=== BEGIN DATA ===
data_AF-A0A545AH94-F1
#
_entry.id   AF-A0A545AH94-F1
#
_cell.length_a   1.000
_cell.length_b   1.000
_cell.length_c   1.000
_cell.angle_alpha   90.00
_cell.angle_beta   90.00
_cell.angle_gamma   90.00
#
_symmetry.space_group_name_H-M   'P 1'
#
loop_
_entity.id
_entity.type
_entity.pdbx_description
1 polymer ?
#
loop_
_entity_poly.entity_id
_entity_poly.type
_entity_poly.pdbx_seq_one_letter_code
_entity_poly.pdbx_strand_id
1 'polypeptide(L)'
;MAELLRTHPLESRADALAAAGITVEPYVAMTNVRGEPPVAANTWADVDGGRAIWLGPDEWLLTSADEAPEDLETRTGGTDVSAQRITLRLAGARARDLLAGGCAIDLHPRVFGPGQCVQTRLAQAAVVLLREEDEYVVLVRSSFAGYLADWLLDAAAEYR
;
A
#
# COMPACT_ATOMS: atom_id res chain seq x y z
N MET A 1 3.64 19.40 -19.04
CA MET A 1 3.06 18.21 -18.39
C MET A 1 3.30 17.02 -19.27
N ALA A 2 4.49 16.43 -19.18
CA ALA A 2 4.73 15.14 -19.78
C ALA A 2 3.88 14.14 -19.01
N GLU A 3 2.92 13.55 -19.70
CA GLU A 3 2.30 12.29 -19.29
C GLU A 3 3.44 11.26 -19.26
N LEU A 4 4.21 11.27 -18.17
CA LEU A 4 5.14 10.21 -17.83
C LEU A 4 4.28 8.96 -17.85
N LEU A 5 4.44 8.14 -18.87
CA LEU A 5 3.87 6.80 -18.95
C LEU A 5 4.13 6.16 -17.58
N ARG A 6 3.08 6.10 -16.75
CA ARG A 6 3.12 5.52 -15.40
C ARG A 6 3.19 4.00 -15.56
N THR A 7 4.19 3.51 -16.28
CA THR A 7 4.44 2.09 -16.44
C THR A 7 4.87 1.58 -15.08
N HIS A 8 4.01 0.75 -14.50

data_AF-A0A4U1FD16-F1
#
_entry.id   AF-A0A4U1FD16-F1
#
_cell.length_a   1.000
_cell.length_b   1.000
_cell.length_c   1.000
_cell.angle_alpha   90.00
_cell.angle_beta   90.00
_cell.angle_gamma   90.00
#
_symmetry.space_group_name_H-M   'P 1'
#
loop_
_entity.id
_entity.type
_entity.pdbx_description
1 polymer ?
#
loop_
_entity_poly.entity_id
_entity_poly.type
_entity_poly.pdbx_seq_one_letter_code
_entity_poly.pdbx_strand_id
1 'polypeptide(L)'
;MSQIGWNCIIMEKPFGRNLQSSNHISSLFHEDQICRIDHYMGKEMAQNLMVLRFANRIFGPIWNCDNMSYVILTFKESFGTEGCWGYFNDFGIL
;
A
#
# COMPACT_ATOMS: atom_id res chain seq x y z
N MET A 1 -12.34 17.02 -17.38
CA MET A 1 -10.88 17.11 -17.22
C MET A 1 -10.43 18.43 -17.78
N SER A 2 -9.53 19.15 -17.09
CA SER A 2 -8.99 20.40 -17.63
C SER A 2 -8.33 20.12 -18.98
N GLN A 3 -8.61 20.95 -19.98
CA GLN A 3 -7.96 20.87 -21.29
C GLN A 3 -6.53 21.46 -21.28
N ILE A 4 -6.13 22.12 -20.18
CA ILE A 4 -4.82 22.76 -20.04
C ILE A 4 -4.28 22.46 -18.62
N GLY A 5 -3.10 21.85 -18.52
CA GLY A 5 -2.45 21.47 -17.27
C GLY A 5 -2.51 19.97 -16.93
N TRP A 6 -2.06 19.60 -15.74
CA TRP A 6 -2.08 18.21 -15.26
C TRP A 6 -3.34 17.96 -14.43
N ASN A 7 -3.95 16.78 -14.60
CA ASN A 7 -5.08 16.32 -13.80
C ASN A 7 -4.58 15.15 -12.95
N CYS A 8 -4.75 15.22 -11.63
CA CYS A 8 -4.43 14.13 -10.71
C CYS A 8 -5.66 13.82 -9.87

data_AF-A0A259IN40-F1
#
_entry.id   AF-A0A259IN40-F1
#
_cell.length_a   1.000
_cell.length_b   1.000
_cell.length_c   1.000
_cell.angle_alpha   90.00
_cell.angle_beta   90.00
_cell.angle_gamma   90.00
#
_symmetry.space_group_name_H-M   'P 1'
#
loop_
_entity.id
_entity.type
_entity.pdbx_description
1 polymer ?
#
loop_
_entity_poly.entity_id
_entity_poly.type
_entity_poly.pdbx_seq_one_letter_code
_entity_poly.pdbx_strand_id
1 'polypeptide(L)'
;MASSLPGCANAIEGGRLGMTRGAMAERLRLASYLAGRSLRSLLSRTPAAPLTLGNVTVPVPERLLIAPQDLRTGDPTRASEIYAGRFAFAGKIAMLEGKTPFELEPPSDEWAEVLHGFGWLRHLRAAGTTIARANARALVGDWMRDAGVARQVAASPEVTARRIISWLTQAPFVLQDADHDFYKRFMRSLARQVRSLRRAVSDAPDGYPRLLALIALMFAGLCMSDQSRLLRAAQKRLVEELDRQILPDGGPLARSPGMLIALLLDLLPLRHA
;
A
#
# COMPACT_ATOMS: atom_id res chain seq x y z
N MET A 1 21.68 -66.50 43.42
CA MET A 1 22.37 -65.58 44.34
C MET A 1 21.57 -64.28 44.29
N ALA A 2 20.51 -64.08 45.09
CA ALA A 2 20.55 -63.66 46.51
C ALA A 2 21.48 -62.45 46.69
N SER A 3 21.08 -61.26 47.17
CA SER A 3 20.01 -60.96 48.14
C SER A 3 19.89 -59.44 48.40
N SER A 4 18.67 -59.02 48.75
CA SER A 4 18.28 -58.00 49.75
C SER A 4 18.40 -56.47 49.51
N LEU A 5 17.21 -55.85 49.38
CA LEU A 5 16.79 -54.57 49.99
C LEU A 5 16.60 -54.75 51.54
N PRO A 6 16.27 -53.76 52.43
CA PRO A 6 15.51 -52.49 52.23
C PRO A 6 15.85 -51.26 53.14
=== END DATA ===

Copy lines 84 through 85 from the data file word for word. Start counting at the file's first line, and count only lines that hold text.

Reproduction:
CA MET A 1 -10.88 17.11 -17.22
C MET A 1 -10.43 18.43 -17.78